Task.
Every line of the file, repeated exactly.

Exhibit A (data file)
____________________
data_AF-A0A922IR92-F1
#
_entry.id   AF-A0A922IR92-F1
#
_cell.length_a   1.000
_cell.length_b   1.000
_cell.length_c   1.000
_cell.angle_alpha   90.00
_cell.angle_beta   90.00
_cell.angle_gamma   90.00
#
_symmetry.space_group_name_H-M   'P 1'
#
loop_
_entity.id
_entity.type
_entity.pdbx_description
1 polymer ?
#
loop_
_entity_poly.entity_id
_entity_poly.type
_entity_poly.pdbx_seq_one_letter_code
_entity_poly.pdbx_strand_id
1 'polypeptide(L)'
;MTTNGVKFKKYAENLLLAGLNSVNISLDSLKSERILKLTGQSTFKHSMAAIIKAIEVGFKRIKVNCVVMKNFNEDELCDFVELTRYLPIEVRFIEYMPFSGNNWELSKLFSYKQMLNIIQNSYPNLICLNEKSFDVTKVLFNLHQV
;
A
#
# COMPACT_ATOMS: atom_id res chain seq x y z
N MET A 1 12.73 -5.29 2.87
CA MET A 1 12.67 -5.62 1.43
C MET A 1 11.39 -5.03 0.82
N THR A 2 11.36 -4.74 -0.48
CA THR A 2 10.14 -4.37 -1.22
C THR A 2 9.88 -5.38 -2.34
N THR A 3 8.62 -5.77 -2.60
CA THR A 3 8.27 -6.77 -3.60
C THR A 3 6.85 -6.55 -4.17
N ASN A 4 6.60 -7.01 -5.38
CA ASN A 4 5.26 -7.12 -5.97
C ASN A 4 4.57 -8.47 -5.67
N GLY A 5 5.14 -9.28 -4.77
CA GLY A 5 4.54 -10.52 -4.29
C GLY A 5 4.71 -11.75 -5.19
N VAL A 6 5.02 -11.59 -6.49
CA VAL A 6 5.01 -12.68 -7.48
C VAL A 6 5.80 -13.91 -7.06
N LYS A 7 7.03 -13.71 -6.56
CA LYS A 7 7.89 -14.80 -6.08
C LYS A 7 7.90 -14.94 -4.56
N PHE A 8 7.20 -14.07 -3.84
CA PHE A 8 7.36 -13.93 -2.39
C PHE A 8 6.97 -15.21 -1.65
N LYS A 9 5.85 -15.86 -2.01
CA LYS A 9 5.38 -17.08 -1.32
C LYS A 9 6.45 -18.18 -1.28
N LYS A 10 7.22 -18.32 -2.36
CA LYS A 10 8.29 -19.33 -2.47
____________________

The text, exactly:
data_AF-A0A922IR92-F1
#
_entry.id   AF-A0A922IR92-F1
#
_cell.length_a   1.000
_cell.length_b   1.000
_cell.length_c   1.000
_cell.angle_alpha   90.00
_cell.angle_beta   90.00
_cell.angle_gamma   90.00
#
_symmetry.space_group_name_H-M   'P 1'
#
loop_
_entity.id
_entity.type
_entity.pdbx_description
1 polymer ?
#
loop_
_entity_poly.entity_id
_entity_poly.type
_entity_poly.pdbx_seq_one_letter_code
_entity_poly.pdbx_strand_id
1 'polypeptide(L)'
;MTTNGVKFKKYAENLLLAGLNSVNISLDSLKSERILKLTGQSTFKHSMAAIIKAIEVGFKRIKVNCVVMKNFNEDELCDFVELTRYLPIEVRFIEYMPFSGNNWELSKLFSYKQMLNIIQNSYPNLICLNEKSFDVTKVLFNLHQV
;
A
#
# COMPACT_ATOMS: atom_id res chain seq x y z
N MET A 1 12.73 -5.29 2.87
CA MET A 1 12.67 -5.62 1.43
C MET A 1 11.39 -5.03 0.82
N THR A 2 11.36 -4.74 -0.48
CA THR A 2 10.14 -4.37 -1.22
C THR A 2 9.88 -5.38 -2.34
N THR A 3 8.62 -5.77 -2.60
CA THR A 3 8.27 -6.77 -3.60
C THR A 3 6.85 -6.55 -4.17
N ASN A 4 6.60 -7.01 -5.38
CA ASN A 4 5.26 -7.12 -5.97
C ASN A 4 4.57 -8.47 -5.67
N GLY A 5 5.14 -9.28 -4.77
CA GLY A 5 4.54 -10.52 -4.29
C GLY A 5 4.71 -11.75 -5.19
N VAL A 6 5.02 -11.59 -6.49
CA VAL A 6 5.01 -12.68 -7.48
C VAL A 6 5.80 -13.91 -7.06
N LYS A 7 7.03 -13.71 -6.56
CA LYS A 7 7.89 -14.80 -6.08
C LYS A 7 7.90 -14.94 -4.56
N PHE A 8 7.20 -14.07 -3.84
CA PHE A 8 7.36 -13.93 -2.39
C PHE A 8 6.97 -15.21 -1.65
N LYS A 9 5.85 -15.86 -2.01
CA LYS A 9 5.38 -17.08 -1.32
C LYS A 9 6.45 -18.18 -1.28
N LYS A 10 7.22 -18.32 -2.36
CA LYS A 10 8.29 -19.33 -2.47